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  • br Conclusions Although numerous studies support the role


    Conclusions Although numerous studies support the role of SIRT1 as a protective factor against damages induced by MG or AGE overload in cells and chronically exposed animal models [[62], [63], [64], [65], [66], [67], [68], [69], [70], [71]], our results from mouse oocytes in vitro exposed to MG revealed for the first time that SIRT1 can modulate MG scavenging by promoting expression of glyoxalases. Moreover, the finding that up-regulation of glyoxalase is associated with that of components of SIRT1 functional network in the ovaries of MG mice provides strong evidence that SIRT1 participates in the response to methylglyoxal-dependent glycative stress in the female gonad. This response avoids ovarian AGE accumulation and alterations to folliculogenesis, but does not prevent disruption of ovarian and follicle homeostasis required for acquisition of oocyte competence [72,73] and probably responsible for increased embryo T-5224 and foetal resorption [16]. Further studies are needed to establish the effects of long-term MG in vivo administration on the female reproductive system. Although caution should be taken in translating our results in the mouse model to humans, the present study represents a contribution to the knowledge of the effects on fertility of MG and AGE overload during aging, PCOS and diabetes and can help to build up preventive strategies.
    Conflicts of interest
    Transparency document
    Acknowledgments The funds for this work were provided by the Department of Life, Health and Environmental Sciences, University of L'Aquila (RIA 2014-2017) and San Salvatore Hospital, L'Aquila (post-doc fellowship to G.D.).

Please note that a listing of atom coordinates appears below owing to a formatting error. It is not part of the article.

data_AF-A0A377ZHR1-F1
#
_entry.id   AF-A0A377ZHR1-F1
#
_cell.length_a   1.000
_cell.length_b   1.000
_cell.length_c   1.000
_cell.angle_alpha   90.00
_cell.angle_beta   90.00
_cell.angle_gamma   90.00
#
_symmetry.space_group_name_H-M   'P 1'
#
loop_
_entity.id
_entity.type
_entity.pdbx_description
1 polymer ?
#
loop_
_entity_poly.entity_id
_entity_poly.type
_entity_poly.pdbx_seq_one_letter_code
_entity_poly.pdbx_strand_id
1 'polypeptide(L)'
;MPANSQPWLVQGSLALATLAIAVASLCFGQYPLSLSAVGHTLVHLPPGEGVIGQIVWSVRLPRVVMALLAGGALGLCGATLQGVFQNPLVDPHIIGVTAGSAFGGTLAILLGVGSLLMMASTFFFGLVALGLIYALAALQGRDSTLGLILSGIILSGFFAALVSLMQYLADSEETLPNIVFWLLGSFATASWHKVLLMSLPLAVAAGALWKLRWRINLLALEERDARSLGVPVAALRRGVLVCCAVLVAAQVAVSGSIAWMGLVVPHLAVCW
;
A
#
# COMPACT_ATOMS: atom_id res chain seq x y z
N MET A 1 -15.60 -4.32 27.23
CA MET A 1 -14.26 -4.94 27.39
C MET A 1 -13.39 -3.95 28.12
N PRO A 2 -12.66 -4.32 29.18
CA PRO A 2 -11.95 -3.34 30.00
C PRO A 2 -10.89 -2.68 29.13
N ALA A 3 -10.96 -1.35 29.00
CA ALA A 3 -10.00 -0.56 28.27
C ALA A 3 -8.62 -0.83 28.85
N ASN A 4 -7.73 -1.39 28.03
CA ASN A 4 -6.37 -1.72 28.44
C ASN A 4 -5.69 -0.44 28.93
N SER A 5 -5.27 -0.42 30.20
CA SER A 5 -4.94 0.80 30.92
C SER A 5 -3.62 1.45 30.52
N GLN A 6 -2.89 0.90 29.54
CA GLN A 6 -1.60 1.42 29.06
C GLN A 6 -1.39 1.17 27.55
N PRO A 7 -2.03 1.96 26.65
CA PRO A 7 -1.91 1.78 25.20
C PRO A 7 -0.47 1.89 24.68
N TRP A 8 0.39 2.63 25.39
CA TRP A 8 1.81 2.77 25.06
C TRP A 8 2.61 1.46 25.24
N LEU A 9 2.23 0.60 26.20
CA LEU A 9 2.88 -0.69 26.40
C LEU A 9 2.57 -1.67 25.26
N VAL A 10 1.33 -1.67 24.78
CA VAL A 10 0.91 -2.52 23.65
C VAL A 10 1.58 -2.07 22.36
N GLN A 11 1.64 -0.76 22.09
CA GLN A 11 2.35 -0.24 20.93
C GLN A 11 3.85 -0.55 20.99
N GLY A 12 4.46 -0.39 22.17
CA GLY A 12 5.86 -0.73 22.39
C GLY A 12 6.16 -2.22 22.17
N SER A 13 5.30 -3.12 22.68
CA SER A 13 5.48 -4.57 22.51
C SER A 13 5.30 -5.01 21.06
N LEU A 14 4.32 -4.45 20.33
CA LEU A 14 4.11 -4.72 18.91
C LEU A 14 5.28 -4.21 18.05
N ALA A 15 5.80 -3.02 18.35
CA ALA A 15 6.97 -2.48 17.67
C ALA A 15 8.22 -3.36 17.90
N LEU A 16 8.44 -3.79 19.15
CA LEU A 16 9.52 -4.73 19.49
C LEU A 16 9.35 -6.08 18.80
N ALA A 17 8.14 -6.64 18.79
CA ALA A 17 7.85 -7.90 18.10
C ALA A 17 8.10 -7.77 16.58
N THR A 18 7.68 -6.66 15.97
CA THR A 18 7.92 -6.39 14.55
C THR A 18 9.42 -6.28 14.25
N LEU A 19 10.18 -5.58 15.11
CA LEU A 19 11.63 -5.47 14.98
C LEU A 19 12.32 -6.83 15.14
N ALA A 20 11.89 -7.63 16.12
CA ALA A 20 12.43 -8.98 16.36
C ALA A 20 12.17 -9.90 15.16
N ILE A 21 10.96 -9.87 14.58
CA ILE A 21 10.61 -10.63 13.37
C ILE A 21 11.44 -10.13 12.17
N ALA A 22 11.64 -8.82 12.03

Introduction Hepatic steatosis is a condition where neutral lipids in the liver accumulate [1]. Hepatic steatosis and related disorders are the most common form of liver disease [2]. The prevalence is rapidly growing as a result of the rising numbers of people with obesity and diabetes [3]. Augmented de novo hepatic lipogenesis, a process regulated by the nuclear receptor liver X receptor (LXR) is associated with an increased risk for hepatic steatosis [4]. The nuclear receptor stimulates the transcription of genes essential for de novo hepatic triglyceride synthesis: acetyl-CoA carboxylase (ACC1), fatty acid synthase (FAS), and stearoyl-coenzyme A desaturase 1 (SCD1) [5]. In addition, LXR is essential in hepatic and macrophage cholesterol metabolism [6]. Upon activation by its oxysterol ligands, LXR transcriptionally activates hepatic genes involved in the conversion of cholesterol to bile acid and the direct secretion of cholesterol into the bile, i.e. cholesterol 7α-hydroxylase, ATP-binding cassette (ABC) transporters G5 (ABCG5) and G8 (ABCG8). In macrophages, LXR stimulates the efflux of cellular cholesterol via ABCA1 and ABCG1 [7]. Thus, in contrast to LXR's harmful role in hepatic steatosis, LXR protects against atherosclerosis by decreasing the accumulation of cholesterol in macrophages and preventing foam cell formation [8]. Protein arginine N-methyltransferase 3 (PRMT3) acts as a specific cofactor for LXR transcription [9]. Studies by Kim et al. have shown that inhibition of PRMT3 function protects against hepatocyte triglyceride accumulation in vitro [9]. We have confirmed a potential role for PRMT3 in the development of hepatic steatosis in a short-term in vivo setting [10]. More specifically, mice treated with the selective PRMT3 antagonist SGC707 were protected from fatty liver development induced by LXR activation using T0901317 and palm oil [11]. Importantly, we noticed that the anticipated reduction in LXR activity upon SGC707 treatment was selective for the hepatic lipogenesis genes, as the LXR-driven genes involved in cholesterol metabolism were not affected by pharmacological blockade of PRMT3 activity. Uncoupling of the two LXR activities is interesting in light of potential therapeutic use of the SGC707 compound. Treatment with SGC707 could theoretically diminish hepatic steatosis, while leaving hepatic and macrophage cholesterol metabolism, important in cholesterol-driven pathologies like atherosclerosis, untouched. To validate this hypothesis, the effect of chronic PRMT3 inhibition through SGC707 treatment was investigated in atherosclerosis-susceptible hyperlipidemic apolipoprotein E (apoE) knockout mice.